South Africa has become an acknowledged leader in corporate governance with its series of ‘King’ reports.
The long-awaited update of the King Report on Corporate Governance for South Africa, King IV™, was launched at a high-level conference at the Sandton Convention Centre on 1 November 2016.
“King IV introduces some important updates to the landmark King III’s report. In addition, it breaks new ground by differentiating clearly between principles and practices, and linking practices to outcomes—all with a view to making implementation easier,” said Angela Cherrington, CEO of the Institute of Directors in Southern Africa (IoDSA). “Governance is ever evolving, and King IV provides closer, more practical guidance on how to integrate its principles into the way organisations do business.”
Ansie Ramalho, the former CEO of the IoDSA and leader of the King IV task team, said that a number of developments in corporate governance have made a new version necessary. These include the increased focus on executive remuneration; the key role of social and ethics committees, the regulations for which only came out after the launch of King III; and the continuing development of integrated reporting, which was originally recommended in King III.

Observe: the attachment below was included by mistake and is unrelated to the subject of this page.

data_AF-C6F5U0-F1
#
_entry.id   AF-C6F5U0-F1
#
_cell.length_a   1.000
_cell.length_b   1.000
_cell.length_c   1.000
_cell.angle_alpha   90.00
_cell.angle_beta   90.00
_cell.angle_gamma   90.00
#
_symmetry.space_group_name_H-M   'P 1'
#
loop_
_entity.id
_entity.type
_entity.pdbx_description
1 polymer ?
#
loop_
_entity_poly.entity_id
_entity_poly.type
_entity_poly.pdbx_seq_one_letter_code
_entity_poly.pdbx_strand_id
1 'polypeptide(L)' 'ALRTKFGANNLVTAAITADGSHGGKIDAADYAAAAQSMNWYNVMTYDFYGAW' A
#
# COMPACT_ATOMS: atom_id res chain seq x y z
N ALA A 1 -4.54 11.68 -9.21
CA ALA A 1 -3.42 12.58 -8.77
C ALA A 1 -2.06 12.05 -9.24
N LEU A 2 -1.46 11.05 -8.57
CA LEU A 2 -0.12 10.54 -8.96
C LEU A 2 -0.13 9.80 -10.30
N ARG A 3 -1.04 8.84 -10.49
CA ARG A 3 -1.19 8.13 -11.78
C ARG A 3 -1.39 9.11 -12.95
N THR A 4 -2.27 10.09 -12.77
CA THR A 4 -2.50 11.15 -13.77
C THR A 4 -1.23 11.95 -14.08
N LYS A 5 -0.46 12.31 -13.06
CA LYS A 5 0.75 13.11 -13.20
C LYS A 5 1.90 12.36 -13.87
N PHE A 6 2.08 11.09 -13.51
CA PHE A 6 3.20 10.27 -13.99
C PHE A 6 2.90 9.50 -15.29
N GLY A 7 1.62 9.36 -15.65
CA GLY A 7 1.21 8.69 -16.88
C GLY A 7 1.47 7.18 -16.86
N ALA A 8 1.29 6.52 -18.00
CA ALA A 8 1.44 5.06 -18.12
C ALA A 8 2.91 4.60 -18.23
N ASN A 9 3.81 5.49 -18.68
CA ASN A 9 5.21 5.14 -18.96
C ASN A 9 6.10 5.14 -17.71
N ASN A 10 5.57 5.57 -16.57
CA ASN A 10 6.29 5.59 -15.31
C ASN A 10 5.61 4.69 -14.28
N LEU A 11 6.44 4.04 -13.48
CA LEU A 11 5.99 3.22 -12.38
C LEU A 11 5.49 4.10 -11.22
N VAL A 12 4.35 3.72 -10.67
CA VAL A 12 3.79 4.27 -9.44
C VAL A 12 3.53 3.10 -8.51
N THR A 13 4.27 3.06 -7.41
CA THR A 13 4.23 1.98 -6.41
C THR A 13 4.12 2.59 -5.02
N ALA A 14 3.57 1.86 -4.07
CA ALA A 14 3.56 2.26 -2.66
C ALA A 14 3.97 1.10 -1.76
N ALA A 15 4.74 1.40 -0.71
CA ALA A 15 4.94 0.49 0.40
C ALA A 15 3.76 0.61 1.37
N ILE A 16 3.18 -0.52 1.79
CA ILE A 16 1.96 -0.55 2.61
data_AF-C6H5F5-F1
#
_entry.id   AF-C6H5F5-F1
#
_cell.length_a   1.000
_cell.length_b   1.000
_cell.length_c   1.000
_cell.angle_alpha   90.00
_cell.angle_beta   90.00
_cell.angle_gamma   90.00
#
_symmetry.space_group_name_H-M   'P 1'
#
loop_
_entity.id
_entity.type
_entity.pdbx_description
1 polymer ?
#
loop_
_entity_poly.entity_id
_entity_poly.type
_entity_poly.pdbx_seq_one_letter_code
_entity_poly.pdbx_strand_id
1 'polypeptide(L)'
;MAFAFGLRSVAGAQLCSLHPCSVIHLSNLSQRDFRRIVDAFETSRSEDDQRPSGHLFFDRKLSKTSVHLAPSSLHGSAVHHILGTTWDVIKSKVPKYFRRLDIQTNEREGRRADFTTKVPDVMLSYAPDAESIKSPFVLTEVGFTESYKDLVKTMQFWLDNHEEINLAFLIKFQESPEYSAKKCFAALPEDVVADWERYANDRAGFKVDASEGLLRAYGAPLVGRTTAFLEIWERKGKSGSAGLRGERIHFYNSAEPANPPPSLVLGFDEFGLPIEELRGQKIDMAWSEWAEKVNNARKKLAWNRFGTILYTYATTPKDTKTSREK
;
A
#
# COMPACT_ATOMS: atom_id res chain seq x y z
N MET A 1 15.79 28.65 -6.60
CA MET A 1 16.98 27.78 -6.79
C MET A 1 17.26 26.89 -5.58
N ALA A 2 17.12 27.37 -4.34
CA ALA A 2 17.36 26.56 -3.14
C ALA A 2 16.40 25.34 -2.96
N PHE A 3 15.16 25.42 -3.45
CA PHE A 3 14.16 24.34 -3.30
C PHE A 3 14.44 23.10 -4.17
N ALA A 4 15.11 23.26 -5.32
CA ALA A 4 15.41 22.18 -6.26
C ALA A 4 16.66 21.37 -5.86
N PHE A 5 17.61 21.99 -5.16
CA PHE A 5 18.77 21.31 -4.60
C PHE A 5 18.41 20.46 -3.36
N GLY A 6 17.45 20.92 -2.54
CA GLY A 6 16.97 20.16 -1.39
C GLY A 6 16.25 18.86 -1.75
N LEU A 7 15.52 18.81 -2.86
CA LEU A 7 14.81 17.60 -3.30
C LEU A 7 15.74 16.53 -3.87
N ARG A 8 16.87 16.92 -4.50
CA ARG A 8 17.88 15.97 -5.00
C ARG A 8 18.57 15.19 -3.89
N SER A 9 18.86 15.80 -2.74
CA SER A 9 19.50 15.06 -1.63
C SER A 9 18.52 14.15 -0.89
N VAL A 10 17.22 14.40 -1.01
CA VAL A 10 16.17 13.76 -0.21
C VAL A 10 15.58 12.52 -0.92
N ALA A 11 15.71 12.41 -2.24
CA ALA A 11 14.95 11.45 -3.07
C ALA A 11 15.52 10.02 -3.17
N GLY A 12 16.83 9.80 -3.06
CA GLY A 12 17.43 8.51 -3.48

“King IV breaks new ground by offering an integrated approach to corporate governance encompassing the economic, social and environmental spheres as well”, said Prof Mervyn King. “It also impacts on sectors other than listed or large companies, such as state-owned enterprises, local government, non-profits, SMEs and retirement funds, among others. Quality and effective corporate behaviour offers a way out of many of our current economic and sustainable development challenges.”
King IV differs from King III in a number ways. The code is now integrated into the report, with a clear differentiation between principles and practices, with the latter linked to outcomes – these and other innovations are designed to make it easier to use.
This is to help organizations move beyond the compliance mindset to describing how implemented practices advance progress towards giving effect to each principle – the application of which is assumed due to it being basic to good governance.
“Too many people see corporate governance as a compliance issue whereas it is actually a critical tool for strengthening all our public and private institutions, to the benefit of the whole economic system. The overriding message is clear that good corporate governance practices help any organization improve its ability to sustain itself and the social environmental context in which it operates” says Ramalho.